One AGW reader wrote in to ask a question about helping a friend who is living in sin. Below is our conversation. What advice would you share with Emily? Share your thoughts in the comments section below.
God bless you for the wonderful work you are doing. Your articles have been a blessing to me and have helped me grow spiritually.
So my issue is that I have a friend who got involved with a married man with three kids. I tried to discourage her for a long time but she still went ahead with it. Now the man has moved away from his marital home and left his family. And she goes to stay with him where he got his new apartment. God has blessed her with a good job and she had a very good boyfriend who even paid for her master’s degree but she left him for this married man who is much wealthier and influential.
She has been my best friend for many years but am so disappointed in her that I no longer talk to her. She tries to reach out to me but I’ve totally distanced myself from her. She has a company of other friends who I think have influenced her negatively, one having had an affair with a married man. Kindly, as a Christian, how should I deal with this whole situation?
Thank you for reaching out to me. This sounds like a very difficult situation. I don’t think I have any answers that will truly solve this unless your friend is willing to submit to Christ, repent, and live for God. Until she desires to please the Lord, she will continually seek to please herself as all of us live from a selfish point of view when we are not living in Christ and for Christ.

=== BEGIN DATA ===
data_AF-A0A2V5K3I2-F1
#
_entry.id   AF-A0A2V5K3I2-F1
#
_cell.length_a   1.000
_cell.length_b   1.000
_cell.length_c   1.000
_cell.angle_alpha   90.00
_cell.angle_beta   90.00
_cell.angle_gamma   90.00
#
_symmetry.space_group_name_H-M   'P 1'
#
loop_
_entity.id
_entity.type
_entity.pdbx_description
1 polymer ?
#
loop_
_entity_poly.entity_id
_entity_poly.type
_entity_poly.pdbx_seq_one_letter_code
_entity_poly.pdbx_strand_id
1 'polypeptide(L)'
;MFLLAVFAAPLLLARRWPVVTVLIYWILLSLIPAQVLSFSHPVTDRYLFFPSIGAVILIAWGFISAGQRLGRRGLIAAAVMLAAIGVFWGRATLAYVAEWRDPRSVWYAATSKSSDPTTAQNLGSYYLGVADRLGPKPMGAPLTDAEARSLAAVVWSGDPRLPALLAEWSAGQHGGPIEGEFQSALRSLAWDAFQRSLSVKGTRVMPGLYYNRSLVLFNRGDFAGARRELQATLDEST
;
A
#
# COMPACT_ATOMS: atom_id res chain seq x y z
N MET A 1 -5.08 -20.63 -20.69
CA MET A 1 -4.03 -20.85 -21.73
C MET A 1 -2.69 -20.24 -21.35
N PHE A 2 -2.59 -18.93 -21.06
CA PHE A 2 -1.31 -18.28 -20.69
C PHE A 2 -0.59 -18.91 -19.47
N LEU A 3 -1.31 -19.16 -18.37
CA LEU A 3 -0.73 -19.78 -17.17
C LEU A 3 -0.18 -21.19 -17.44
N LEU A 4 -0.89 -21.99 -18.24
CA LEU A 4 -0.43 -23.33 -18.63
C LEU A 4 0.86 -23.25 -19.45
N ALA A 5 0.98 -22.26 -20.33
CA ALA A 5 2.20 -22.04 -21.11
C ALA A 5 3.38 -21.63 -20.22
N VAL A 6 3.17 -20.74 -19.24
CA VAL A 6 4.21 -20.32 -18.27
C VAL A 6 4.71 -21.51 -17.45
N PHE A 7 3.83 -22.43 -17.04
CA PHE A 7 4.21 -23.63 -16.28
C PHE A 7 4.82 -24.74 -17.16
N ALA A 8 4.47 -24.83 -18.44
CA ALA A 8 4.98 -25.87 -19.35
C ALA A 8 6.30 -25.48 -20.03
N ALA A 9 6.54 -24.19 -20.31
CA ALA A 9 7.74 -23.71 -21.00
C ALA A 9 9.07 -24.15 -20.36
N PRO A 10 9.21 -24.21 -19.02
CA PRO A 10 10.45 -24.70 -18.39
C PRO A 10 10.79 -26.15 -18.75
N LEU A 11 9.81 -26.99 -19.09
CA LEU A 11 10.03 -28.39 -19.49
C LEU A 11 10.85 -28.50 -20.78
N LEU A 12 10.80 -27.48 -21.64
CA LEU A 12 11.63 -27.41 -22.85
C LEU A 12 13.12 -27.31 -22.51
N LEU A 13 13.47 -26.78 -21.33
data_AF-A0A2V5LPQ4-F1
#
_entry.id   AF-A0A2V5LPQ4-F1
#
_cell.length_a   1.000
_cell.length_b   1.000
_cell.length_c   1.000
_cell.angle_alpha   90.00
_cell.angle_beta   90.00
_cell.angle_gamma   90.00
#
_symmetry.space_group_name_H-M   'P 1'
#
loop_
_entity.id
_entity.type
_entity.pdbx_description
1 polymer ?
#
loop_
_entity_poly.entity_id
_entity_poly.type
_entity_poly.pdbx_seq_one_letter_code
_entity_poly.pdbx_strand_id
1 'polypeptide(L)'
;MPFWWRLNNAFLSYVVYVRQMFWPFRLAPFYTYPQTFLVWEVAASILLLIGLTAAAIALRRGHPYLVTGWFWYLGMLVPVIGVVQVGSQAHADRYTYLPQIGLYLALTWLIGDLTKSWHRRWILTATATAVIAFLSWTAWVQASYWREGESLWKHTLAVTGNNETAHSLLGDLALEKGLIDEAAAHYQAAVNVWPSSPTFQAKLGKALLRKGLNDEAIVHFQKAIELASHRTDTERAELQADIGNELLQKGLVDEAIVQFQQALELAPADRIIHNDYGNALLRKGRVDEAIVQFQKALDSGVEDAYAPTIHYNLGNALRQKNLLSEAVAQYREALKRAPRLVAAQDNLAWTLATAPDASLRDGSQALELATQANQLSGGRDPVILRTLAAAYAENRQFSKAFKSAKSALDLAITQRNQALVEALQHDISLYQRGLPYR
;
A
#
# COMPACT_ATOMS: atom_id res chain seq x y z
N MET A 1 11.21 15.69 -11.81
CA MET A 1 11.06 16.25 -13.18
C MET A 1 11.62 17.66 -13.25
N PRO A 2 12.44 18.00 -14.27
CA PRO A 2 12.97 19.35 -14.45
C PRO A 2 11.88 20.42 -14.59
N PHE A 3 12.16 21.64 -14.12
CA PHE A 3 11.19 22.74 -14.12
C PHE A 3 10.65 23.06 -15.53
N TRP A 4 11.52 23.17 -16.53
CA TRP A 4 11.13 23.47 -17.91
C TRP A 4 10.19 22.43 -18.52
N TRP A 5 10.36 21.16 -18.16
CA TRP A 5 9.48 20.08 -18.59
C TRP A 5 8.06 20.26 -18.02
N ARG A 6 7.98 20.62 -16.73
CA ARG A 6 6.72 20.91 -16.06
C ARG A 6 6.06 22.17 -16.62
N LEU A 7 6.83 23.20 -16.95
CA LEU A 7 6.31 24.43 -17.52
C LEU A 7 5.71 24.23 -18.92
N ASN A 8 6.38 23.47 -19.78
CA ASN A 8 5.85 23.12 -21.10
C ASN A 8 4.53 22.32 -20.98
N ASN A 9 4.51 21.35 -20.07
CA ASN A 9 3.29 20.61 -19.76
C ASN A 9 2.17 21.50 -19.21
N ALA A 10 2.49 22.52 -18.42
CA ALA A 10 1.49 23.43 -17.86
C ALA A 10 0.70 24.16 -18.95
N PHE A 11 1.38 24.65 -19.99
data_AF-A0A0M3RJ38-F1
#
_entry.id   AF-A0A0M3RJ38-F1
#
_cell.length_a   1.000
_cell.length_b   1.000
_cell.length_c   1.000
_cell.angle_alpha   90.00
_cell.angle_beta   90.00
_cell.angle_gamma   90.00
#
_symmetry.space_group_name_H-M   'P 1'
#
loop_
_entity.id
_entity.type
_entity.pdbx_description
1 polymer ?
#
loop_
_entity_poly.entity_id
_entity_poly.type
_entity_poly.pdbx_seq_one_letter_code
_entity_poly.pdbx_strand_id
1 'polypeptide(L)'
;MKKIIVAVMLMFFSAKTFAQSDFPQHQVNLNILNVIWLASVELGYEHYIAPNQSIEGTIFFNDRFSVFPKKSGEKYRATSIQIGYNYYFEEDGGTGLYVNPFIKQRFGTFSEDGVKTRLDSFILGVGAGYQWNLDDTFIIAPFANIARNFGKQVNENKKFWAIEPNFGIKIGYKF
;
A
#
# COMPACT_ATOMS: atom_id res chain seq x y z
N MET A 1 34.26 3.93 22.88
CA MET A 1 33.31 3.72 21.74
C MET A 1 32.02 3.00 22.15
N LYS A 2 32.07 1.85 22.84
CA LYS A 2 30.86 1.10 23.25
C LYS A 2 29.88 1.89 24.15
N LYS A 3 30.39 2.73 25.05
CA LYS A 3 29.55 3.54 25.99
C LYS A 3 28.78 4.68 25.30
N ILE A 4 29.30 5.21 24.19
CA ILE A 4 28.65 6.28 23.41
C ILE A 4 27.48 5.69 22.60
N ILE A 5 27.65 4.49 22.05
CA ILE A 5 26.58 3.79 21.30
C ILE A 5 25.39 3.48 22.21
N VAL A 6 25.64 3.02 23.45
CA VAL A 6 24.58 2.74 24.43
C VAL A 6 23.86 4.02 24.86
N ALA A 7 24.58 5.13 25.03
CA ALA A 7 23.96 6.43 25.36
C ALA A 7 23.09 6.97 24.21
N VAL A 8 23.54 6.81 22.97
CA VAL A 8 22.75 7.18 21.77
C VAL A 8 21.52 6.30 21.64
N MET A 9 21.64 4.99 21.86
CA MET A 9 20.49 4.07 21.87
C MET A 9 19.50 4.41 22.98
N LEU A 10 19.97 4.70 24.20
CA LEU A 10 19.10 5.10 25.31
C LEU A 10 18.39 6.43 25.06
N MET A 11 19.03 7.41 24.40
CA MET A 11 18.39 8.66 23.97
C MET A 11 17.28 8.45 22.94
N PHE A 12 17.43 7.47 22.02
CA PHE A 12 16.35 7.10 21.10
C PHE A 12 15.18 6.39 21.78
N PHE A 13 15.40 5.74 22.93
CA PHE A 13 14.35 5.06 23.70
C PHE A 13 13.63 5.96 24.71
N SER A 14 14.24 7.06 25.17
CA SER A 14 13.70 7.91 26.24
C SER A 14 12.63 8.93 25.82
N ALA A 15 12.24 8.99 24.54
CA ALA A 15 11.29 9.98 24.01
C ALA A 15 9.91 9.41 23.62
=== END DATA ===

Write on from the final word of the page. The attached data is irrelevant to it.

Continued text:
With that said, here’s a few pointers that come to mind:
1. If she doesn’t listen to your loving counsel, you will have to decide whether you want to continue to be around her. If the friendship will drag you down to a lower moral standard, you should not continue the relationship. If you feel your friendship will help her and not hurt you, then you might consider continuing it. What will not be possible is if you want to continue the relationship and you continue to correct her. After sharing your concerns, you will have to let it go and let her live her life. If she constantly feels your disappointment, the friendship won’t work. Just because a friend is living in sin does not mean you should not be friends with them. It might mean this. But if you feel called to be friends, you will have to learn to love her where she’s at.
2. I think you need to decide whether you believe your friend is a Christian or not. The way we are to handle unbelievers and believers is very different. She may claim to be a Christian, but if her life does
not reflect Christ at all, the Bible explains she is probably not a Christian (Matthew 7:16-20). If she is not a Christian, you should not expect her to live to the same standards you do. Certainly you should
try to help her understand the gospel and live morally, but your tactics will need to be different if she is not a Christian.
3. Lastly, here some resources I think relate to your question. Not all of it applies perfectly but it might help some.
Should a Christian Correct a Non-Christian?
Thanks again for reaching out to me. I hope these words help a little. God bless! Don’t forget to pray for your friend often!
What advice would you give Emily? Share your thoughts in the comments section below.